She writes about Vienna in the last gasp of summer, about the bathing crowds off the Danube Island shore, the outdoor restaurants with their shabby, striped umbrellas, the pungent linden trees, bearing their final powder blossoms down on the city’s shoulders.  She explains she writes inside Hawelka’s, which I could have guessed.  The image of her small figure at the corner table, drinking her Ersatz-Kaffee, surrounded by smoke plumes, dingy art placards, and debates on politics, is emblazoned on my brain.  (p.142)

Now, you might wonder how of Vienna's hundreds of cafes, I settled on this one?  This small, dark establishment doesn't seem at all characteristic of the coffeehouses the city is so famous for.  
Let me preface my explanation by saying: I love love love Viennese coffeehouses!  The glorious ceilings, the cigarette stench, the waiters in black bowties, the little glasses of water, the marble table tops, the tortes oozing whipped cream, the murmur of conversation, and of course, the aroma of freshly brewed coffee:) ahhh...
Naturally, when I went to Vienna to research the book in 2002, I enthusiastically visited every coffeehouse in the guide book (and proceeded to consume sinful quantities of pastries).   Every place was a revelation in its own right, elegantly appointed, sumptuous epicurean citadels of culture...but when I walked down a narrow alley in the old center at 10 PM and stumbled on this angsty, claustrophobic, awesome little cafe, I could just smell the history - the imperial wear and tear was written on the face of the pocket-sized octogenarian proprietess, who stood dressed in black at the back, commandeering her staff.  Clearly, Hawelka wasn't some renovated ultra-cafe, a remodeled museum...despite it's obvious popularity it was gritty, it was real. 

Cafe Hawelka (Wikipedia) - I confess I made up the part about the globe lights outside...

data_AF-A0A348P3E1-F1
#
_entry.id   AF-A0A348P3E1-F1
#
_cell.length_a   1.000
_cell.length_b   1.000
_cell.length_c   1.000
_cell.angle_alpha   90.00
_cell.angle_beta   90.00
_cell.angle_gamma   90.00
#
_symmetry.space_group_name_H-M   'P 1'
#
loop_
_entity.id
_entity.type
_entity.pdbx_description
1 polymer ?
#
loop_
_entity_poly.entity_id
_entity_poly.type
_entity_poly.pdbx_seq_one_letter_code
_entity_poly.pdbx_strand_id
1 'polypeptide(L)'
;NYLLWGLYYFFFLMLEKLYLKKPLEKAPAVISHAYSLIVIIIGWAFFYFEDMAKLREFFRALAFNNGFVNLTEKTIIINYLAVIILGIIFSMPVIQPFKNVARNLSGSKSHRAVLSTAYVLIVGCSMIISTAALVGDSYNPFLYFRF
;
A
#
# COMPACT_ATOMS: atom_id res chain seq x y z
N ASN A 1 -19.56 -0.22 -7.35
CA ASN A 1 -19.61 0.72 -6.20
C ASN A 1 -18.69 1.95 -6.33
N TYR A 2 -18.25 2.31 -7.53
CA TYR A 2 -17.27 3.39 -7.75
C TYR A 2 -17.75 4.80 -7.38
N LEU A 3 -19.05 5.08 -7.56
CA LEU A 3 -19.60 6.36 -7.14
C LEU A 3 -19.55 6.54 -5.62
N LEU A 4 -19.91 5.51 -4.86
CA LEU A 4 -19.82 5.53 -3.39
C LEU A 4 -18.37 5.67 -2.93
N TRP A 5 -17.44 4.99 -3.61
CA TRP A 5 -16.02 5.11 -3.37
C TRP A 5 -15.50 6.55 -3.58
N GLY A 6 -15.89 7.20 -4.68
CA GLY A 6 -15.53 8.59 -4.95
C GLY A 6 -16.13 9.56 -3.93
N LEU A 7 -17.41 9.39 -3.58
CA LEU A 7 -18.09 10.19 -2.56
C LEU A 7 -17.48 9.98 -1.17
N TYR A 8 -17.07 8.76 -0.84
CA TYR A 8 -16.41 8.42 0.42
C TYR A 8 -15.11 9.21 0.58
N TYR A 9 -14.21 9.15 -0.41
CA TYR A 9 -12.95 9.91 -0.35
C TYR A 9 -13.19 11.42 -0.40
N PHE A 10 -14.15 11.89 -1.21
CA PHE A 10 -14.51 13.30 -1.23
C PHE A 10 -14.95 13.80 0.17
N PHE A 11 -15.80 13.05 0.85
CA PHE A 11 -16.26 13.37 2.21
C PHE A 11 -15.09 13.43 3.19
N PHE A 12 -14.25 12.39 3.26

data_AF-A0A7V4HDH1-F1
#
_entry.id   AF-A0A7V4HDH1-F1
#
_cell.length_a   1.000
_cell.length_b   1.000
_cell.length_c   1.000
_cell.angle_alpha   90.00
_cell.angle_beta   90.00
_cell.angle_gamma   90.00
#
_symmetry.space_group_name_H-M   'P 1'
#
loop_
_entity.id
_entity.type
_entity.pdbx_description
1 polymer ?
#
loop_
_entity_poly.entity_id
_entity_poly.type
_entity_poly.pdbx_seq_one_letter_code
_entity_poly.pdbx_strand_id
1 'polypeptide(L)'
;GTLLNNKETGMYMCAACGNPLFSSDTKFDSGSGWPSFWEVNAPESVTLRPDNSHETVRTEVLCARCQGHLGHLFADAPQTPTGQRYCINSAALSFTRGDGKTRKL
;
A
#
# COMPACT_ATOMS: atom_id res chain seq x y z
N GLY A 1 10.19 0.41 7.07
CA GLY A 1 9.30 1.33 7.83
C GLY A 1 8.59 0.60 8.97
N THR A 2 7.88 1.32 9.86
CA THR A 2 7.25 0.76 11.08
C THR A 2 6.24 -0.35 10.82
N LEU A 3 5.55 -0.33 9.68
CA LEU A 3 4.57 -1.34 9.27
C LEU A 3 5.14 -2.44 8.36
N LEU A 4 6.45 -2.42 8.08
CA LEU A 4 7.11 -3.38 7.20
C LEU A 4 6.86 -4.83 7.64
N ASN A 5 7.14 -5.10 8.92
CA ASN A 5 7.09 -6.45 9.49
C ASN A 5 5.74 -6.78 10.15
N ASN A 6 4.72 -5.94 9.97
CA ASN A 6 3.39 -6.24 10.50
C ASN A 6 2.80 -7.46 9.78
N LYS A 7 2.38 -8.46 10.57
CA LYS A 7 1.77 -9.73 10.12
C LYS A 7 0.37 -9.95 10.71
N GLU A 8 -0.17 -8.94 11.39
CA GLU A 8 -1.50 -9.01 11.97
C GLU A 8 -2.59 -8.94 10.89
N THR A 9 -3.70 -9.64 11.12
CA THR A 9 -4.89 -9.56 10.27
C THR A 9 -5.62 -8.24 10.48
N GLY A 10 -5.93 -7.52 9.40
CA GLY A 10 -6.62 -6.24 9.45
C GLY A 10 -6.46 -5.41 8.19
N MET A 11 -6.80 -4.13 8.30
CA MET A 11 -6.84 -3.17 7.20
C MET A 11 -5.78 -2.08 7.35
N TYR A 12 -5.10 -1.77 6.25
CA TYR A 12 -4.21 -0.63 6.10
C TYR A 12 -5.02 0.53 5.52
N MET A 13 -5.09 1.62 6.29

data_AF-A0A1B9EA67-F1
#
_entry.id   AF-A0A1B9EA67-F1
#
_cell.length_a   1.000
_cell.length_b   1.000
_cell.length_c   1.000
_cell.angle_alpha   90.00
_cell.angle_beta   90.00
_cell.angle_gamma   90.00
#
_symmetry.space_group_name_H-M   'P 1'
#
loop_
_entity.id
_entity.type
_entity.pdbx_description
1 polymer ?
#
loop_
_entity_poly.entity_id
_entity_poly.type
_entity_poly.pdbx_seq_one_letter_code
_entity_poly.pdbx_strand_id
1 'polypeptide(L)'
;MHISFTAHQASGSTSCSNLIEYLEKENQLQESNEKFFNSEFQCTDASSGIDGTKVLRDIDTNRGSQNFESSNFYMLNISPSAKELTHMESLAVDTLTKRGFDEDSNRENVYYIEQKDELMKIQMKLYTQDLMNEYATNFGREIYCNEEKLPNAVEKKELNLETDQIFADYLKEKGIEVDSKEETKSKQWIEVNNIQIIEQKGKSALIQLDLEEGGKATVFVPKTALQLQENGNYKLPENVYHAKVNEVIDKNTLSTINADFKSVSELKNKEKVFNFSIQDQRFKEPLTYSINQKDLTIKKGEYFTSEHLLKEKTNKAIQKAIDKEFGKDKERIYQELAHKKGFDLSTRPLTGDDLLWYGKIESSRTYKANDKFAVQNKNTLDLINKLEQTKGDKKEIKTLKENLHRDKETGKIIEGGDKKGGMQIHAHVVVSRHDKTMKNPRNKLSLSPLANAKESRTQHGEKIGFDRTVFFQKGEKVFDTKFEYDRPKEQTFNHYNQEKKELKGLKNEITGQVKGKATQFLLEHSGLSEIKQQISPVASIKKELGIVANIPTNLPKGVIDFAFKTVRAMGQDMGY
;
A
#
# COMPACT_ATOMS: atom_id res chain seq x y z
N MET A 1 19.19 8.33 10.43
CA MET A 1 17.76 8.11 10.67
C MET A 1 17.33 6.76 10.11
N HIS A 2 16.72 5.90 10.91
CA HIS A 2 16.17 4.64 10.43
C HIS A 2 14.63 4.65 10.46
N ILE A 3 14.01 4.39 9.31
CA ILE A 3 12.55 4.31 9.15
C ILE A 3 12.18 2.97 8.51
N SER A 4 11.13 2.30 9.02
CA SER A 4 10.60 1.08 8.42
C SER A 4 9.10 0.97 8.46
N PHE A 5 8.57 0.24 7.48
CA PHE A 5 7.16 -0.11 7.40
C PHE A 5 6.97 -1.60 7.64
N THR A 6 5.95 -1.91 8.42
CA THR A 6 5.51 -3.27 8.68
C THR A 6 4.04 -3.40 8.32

The moment I got back to Miami, I did my homework.  Turns out Hawelka had had the same owners since 1939.  The year they bought the place, they had to close it down because of the war.  In the meantime, Vienna was bombed to smithereens (80,000 tons alone in February and March of 1945).   But would you believe, when the Hawelkas returned to their cafe after the war, it didn't have a single broken window, eventhough everything around it lay in ruins!

Heimito von Doderer, Dorothea Zeemann and Wolfgang Fleischer at Café Hawelka.  Photo by Franz Hubmann

Owing to this, Hawelka quickly became a watering hole for intellectualls and struggling artists, who according to Rick Steves, paid with paintings for their coffee.  I think I some of their work is still hanging on the walls.

Leopold Hawelka, 2008 (Wikipedia)
But what really amazed me was the realization that the sweet old lady I had seen was indeed the original owner, Josefine Hawelka!  Sadly, she has since passed on, but I'm grateful to have at least for a night been witness to Cafe Hawelka's incredible history.  As for her husband, Leopold, he recently celebrated his 100th birthday! 
Einspaenner (The Full Wiki.org)